Ford Motor Co. stunned employees Monday when it announced plans to eliminate 25,000 to 30,000 jobs — between 20 percent and 25 percent of the company’s North American workforce, according to The Wall Street Journal — and idle 14 plants.
The job cuts will take place over a six-year period ending in 2012. The company will also reduce capacity by 1.2 million units, or 26 percent, by 2008.
The company will also cut salary-related costs by 10 percent in North America due to a previously announced reduction of the equivalent of 4,000 salaried positions by the end of the first quarter. On that same timetable, Ford will thin the ranks of its officers by 12 percent.
Ford also plans net material cost reductions of at least $6 billion by 2010.
In a press release, chairman and chief executive officer Bill Ford stated that the company “was solidly profitable in 2005 and growing around the world.” He maintained, however, that the sweeping changes were necessary “to prepare Ford’s North American business for global competition.”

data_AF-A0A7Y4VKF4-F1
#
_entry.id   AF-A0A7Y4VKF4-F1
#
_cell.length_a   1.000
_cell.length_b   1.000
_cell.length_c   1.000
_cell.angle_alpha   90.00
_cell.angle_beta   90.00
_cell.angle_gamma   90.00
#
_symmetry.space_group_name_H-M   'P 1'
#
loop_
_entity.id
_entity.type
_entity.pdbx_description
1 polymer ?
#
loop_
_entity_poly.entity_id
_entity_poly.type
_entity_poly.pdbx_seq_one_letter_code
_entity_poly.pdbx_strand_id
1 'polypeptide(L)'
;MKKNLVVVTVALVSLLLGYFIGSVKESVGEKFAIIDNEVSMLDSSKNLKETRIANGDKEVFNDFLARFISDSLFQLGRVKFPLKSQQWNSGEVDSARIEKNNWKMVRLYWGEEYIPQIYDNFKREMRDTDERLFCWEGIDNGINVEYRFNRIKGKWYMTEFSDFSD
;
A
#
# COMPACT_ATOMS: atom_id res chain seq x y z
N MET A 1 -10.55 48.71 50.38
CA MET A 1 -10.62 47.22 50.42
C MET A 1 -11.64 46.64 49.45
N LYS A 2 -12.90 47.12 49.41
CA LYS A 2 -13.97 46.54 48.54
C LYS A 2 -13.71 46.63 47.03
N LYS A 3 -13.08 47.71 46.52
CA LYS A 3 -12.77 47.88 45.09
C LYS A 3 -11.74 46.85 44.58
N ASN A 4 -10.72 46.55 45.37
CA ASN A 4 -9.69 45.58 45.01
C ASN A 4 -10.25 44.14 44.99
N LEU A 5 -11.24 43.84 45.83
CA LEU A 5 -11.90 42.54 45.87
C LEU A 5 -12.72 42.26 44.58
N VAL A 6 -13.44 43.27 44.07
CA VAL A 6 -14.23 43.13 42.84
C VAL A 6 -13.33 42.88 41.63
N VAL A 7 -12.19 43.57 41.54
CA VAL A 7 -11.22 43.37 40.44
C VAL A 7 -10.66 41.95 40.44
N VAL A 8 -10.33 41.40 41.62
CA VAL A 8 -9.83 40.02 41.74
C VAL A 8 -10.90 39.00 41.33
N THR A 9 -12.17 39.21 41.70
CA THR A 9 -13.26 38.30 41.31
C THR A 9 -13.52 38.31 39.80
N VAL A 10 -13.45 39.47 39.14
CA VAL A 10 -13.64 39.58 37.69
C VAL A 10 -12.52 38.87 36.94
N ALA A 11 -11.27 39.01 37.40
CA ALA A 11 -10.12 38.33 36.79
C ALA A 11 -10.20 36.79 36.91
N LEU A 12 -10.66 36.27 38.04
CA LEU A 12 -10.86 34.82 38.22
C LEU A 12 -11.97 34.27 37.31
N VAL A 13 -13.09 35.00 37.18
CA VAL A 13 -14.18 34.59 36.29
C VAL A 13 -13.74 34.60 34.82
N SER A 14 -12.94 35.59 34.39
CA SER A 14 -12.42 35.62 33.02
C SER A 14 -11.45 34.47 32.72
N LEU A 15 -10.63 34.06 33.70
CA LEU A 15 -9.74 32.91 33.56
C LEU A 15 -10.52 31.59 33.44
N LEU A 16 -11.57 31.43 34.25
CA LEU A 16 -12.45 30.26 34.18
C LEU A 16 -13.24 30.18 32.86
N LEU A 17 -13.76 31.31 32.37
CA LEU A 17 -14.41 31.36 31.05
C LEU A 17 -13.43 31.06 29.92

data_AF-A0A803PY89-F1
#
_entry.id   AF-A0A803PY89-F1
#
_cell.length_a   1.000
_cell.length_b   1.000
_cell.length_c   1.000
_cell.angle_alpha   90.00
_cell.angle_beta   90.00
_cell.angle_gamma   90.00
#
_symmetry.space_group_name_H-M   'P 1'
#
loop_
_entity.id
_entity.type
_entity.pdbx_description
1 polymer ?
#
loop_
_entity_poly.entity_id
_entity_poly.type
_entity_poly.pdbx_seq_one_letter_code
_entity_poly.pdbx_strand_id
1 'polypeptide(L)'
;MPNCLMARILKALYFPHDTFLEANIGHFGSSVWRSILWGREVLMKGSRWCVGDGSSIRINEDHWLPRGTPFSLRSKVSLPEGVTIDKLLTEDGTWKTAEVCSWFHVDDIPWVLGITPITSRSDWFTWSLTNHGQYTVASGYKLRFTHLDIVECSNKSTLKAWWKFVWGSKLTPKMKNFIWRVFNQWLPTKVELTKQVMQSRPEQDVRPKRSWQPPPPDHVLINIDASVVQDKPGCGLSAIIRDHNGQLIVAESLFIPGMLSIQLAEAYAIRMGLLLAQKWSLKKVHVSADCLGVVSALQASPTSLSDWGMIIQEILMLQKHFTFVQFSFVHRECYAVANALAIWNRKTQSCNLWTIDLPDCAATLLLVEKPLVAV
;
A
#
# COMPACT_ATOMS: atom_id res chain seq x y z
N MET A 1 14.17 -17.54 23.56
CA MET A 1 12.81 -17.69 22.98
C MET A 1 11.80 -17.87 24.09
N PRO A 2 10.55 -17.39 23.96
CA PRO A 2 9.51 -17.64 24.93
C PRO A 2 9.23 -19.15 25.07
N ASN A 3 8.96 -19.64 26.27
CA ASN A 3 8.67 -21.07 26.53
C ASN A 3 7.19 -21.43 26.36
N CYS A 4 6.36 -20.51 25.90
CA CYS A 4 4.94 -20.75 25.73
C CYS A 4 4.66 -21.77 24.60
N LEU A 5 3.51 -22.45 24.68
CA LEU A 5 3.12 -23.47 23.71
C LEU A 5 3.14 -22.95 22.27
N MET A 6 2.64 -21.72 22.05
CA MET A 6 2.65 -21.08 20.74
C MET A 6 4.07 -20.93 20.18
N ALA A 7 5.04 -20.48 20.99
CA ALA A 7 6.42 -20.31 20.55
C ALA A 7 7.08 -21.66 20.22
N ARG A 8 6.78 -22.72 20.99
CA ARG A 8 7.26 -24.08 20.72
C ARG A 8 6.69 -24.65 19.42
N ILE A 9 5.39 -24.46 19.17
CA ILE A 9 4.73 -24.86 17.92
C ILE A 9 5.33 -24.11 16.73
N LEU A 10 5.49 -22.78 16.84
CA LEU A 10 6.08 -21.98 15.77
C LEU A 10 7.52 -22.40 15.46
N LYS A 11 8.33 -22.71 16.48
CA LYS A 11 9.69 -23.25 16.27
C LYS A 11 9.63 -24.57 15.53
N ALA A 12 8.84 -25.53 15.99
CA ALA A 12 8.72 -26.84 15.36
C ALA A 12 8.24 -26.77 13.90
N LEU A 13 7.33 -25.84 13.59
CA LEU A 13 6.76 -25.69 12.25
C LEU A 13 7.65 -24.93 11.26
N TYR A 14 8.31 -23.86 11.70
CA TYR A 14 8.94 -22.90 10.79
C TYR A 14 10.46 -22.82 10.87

In a statement, executive vice president and chief financial officer Don Leclair added, “Our cost structure will improve as we progress through 2006 and increasingly thereafter, and we’ll return to profitability in our North American automotive business no later than 2008.”
The company also informed the investment community that it will no longer provide earnings guidance, but rather that it intends “to keep the company and investors focused on one goal: sustainable profitability over time in all regions.” As a sort of final guidance, Ford announced that capital expenditures are expected to total about $7 billion in 2006, and that it expects its year-end cash balance to exceed $20 billion.
The company will concentrate most closely on its Ford, Lincoln, and Mercury brands, it added. Ford also plans to deliver more new products faster, including more crossovers, hybrid vehicles, and small cars, and to increase spending on trucks.